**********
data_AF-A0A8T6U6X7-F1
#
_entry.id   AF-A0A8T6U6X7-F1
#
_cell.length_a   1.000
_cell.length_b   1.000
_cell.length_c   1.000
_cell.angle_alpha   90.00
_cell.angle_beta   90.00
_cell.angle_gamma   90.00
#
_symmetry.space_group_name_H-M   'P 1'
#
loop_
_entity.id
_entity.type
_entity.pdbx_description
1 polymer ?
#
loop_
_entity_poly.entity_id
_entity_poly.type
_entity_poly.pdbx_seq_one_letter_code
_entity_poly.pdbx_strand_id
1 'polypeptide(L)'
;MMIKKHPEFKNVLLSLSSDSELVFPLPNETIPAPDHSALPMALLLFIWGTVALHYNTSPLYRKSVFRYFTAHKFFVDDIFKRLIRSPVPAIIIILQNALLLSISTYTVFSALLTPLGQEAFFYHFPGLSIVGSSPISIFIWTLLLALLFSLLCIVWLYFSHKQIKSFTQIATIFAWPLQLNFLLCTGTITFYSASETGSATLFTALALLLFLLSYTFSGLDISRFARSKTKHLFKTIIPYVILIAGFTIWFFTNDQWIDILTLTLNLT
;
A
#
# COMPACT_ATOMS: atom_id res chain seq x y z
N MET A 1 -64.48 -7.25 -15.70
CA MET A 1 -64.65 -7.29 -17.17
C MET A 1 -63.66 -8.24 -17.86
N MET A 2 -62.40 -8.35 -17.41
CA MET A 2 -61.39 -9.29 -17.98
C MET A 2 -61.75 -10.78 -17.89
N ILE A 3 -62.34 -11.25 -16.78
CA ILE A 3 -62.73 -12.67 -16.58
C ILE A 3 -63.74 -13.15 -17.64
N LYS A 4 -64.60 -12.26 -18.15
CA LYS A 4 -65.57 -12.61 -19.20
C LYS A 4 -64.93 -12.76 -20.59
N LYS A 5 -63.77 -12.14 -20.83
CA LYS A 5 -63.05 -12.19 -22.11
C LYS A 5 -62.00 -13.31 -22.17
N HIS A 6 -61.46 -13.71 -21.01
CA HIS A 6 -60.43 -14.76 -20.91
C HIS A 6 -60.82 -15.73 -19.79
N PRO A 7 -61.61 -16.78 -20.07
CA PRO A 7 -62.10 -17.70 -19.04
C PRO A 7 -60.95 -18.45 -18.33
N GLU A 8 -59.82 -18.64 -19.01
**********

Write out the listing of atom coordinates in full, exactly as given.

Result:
data_AF-A0A8T6U6X7-F1
#
_entry.id   AF-A0A8T6U6X7-F1
#
_cell.length_a   1.000
_cell.length_b   1.000
_cell.length_c   1.000
_cell.angle_alpha   90.00
_cell.angle_beta   90.00
_cell.angle_gamma   90.00
#
_symmetry.space_group_name_H-M   'P 1'
#
loop_
_entity.id
_entity.type
_entity.pdbx_description
1 polymer ?
#
loop_
_entity_poly.entity_id
_entity_poly.type
_entity_poly.pdbx_seq_one_letter_code
_entity_poly.pdbx_strand_id
1 'polypeptide(L)'
;MMIKKHPEFKNVLLSLSSDSELVFPLPNETIPAPDHSALPMALLLFIWGTVALHYNTSPLYRKSVFRYFTAHKFFVDDIFKRLIRSPVPAIIIILQNALLLSISTYTVFSALLTPLGQEAFFYHFPGLSIVGSSPISIFIWTLLLALLFSLLCIVWLYFSHKQIKSFTQIATIFAWPLQLNFLLCTGTITFYSASETGSATLFTALALLLFLLSYTFSGLDISRFARSKTKHLFKTIIPYVILIAGFTIWFFTNDQWIDILTLTLNLT
;
A
#
# COMPACT_ATOMS: atom_id res chain seq x y z
N MET A 1 -64.48 -7.25 -15.70
CA MET A 1 -64.65 -7.29 -17.17
C MET A 1 -63.66 -8.24 -17.86
N MET A 2 -62.40 -8.35 -17.41
CA MET A 2 -61.39 -9.29 -17.98
C MET A 2 -61.75 -10.78 -17.89
N ILE A 3 -62.34 -11.25 -16.78
CA ILE A 3 -62.73 -12.67 -16.58
C ILE A 3 -63.74 -13.15 -17.64
N LYS A 4 -64.60 -12.26 -18.15
CA LYS A 4 -65.57 -12.61 -19.20
C LYS A 4 -64.93 -12.76 -20.59
N LYS A 5 -63.77 -12.14 -20.83
CA LYS A 5 -63.05 -12.19 -22.11
C LYS A 5 -62.00 -13.31 -22.17
N HIS A 6 -61.46 -13.71 -21.01
CA HIS A 6 -60.43 -14.76 -20.91
C HIS A 6 -60.82 -15.73 -19.79
N PRO A 7 -61.61 -16.78 -20.07
CA PRO A 7 -62.10 -17.70 -19.04
C PRO A 7 -60.95 -18.45 -18.33
N GLU A 8 -59.82 -18.64 -19.01